Reciprocity is at the heart of the mentoring program that has developed between Boys & Girls Clubs of Greater Tarrant County Eastside Branch’s Club kids and teens from the nearby Young Men’s Leadership Academy (YMLA).
It all began when YMLA’s facilities were under construction, and Eastside’s branch director offered up the Club’s gym space for the school’s basketball teams to use for practice. From there, Club staff and YMLA coaches continued to explore and leverage each other’s resources. YMLA’s greatest asset, their students, proved to be exactly what the Club needed. Darius Ford, captain of the varsity basketball team and four-year Club member, led the initiative to craft a program that encapsulated the Club’s three core program areas: academic success, positive character and leadership, and healthy lifestyles.
"We started the mentoring program at the Boys & Girls Clubs of Greater Tarrant County’s Eastside Branch to have a positive impact in the community,” said Darius, who is a senior. “We wanted to do something to get involved with the Stop 6 community, and we chose to build a connection with Boys & Girls Clubs.”
YMLA students and coaches decided to cancel basketball practices on Wednesday evenings and instead spend time with Club members. Club staff identified Club members that were in need of guidance and paired them with outstanding members of the YMLA basketball teams. The student-led program quickly proved worthwhile for both Club members and the YMLA teens. As Club members opened up about emotional and academic struggles, the teens found they could identify the boys and support them in dealing with difficult situations.
“It’s hard being a young minority male living in a low socioeconomic, poverty-stricken neighborhood where sometimes we don’t have the resources that other students may be exposed to,” said Darius. “The kids always brighten up our moods, make us laugh, and teach us about ourselves as we are also teaching them.”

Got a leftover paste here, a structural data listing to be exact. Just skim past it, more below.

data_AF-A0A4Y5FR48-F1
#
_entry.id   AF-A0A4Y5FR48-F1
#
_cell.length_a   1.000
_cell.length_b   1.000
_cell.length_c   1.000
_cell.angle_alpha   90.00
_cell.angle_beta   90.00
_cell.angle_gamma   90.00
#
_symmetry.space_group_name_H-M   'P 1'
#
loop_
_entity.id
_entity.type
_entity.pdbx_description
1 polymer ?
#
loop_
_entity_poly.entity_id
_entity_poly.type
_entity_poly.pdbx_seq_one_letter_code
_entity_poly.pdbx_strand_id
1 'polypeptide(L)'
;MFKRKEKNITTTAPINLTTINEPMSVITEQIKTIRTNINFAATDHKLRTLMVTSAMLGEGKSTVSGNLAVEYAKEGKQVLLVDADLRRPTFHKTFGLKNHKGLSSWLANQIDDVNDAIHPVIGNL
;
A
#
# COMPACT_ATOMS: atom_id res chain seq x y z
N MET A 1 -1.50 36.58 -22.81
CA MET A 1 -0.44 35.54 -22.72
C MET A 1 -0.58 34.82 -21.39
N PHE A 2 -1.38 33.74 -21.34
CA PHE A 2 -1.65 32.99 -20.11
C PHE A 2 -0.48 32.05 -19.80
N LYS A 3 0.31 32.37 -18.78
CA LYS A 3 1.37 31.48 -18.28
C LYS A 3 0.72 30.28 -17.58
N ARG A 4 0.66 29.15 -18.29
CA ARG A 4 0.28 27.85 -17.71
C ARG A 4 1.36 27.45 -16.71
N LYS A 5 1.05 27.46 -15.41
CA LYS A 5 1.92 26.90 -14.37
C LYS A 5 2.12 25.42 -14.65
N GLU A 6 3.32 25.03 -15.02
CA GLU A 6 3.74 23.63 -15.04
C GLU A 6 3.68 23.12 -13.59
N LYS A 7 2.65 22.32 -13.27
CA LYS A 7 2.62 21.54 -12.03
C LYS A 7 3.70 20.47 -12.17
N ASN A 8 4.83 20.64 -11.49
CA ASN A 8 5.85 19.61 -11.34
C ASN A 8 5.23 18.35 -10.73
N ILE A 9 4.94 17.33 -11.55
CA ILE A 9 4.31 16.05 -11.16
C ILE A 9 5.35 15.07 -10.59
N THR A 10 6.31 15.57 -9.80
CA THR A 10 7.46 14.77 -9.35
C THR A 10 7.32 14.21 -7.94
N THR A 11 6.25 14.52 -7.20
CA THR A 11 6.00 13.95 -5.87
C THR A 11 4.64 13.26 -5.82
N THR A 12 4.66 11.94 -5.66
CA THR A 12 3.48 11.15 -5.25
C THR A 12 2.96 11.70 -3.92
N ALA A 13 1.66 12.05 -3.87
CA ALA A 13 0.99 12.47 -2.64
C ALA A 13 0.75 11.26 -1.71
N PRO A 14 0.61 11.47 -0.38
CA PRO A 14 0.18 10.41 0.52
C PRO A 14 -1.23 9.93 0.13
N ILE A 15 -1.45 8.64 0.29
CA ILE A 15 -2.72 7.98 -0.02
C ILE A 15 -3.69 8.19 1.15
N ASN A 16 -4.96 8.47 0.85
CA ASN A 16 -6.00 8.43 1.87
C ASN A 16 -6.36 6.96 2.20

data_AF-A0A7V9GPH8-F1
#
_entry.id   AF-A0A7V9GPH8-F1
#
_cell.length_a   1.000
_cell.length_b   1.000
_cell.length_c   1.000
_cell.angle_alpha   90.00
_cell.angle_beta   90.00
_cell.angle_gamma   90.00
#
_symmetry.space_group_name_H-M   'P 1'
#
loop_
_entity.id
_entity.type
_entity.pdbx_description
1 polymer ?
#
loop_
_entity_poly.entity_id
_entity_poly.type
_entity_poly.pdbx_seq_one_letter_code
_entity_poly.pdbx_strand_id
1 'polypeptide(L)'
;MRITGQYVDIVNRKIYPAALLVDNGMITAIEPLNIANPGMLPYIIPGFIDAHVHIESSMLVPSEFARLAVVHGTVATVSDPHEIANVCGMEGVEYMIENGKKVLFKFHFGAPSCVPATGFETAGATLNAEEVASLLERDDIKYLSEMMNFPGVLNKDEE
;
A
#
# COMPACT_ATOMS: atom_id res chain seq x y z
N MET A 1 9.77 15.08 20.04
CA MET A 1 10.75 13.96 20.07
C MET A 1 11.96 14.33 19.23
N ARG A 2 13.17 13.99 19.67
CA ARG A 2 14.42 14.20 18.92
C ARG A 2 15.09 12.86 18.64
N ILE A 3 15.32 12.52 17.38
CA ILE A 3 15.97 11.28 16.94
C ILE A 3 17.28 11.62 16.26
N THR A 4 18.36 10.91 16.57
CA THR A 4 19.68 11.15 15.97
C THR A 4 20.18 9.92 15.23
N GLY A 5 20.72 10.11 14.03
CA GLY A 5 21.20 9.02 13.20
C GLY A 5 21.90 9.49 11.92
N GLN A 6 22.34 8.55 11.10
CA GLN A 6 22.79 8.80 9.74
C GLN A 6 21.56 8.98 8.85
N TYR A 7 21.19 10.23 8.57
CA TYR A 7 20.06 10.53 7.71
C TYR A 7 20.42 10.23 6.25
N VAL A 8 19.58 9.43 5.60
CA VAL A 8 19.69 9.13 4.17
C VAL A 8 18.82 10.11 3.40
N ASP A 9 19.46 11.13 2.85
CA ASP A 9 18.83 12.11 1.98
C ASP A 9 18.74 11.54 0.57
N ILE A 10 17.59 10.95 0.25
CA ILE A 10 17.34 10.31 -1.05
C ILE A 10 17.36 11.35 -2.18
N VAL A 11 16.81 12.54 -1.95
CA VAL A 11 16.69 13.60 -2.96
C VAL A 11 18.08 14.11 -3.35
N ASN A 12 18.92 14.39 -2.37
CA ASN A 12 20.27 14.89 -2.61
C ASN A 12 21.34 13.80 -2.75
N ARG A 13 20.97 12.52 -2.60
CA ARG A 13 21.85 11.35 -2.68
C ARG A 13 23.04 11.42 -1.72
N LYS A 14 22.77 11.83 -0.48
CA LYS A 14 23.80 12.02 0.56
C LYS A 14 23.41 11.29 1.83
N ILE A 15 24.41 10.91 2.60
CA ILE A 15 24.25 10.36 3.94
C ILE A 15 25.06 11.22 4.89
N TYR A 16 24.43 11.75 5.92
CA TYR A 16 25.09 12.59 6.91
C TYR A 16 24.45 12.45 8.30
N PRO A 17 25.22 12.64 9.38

The partnership doesn’t stop at the Wednesday evening sessions. Club kids support their mentors by cheering them on during home and away basketball games. Similarly, YMLA teens spend additional time investing in the futures of their mentees through special academic events. Last month, YMLA and the Club partnered with STEM NOLA to expose minority students to the process of designing, building, testing, and racing their own cars using Newton’s Laws Of Motion.
"The mentoring program gives our younger members something to look forward to every week,” said Ricquel Archer, Eastside Branch Director. “The accountability and trust built through this program has improved members' attitudes towards adversity and the classroom. I have watched the mentors grow in leadership from leading literacy programs to discussions about their home lives and neighborhoods."
Ricquel said she has seen “major attitude improvement” in the young boys who are paired with mentors. The partnership has also increased teen membership at the Club, as all of the mentors are now registered members of the Boys & Girls Clubs of Greater Tarrant County.
“Mentoring has influenced the basketball team, and it’s something we hope to continue to do and build a legacy through it,” said Darius. “It’s a mutual relationship between mentors and mentees and the shared experiences are memorable and will be implanted in their minds as well as ours forever. The program has helped me grow a lot as an individual and made me want to aspire to help children beyond high school. I hope one day to impact my community and reverse the cycle of poverty to help students and create better opportunities and lifestyles for students in Fort Worth.”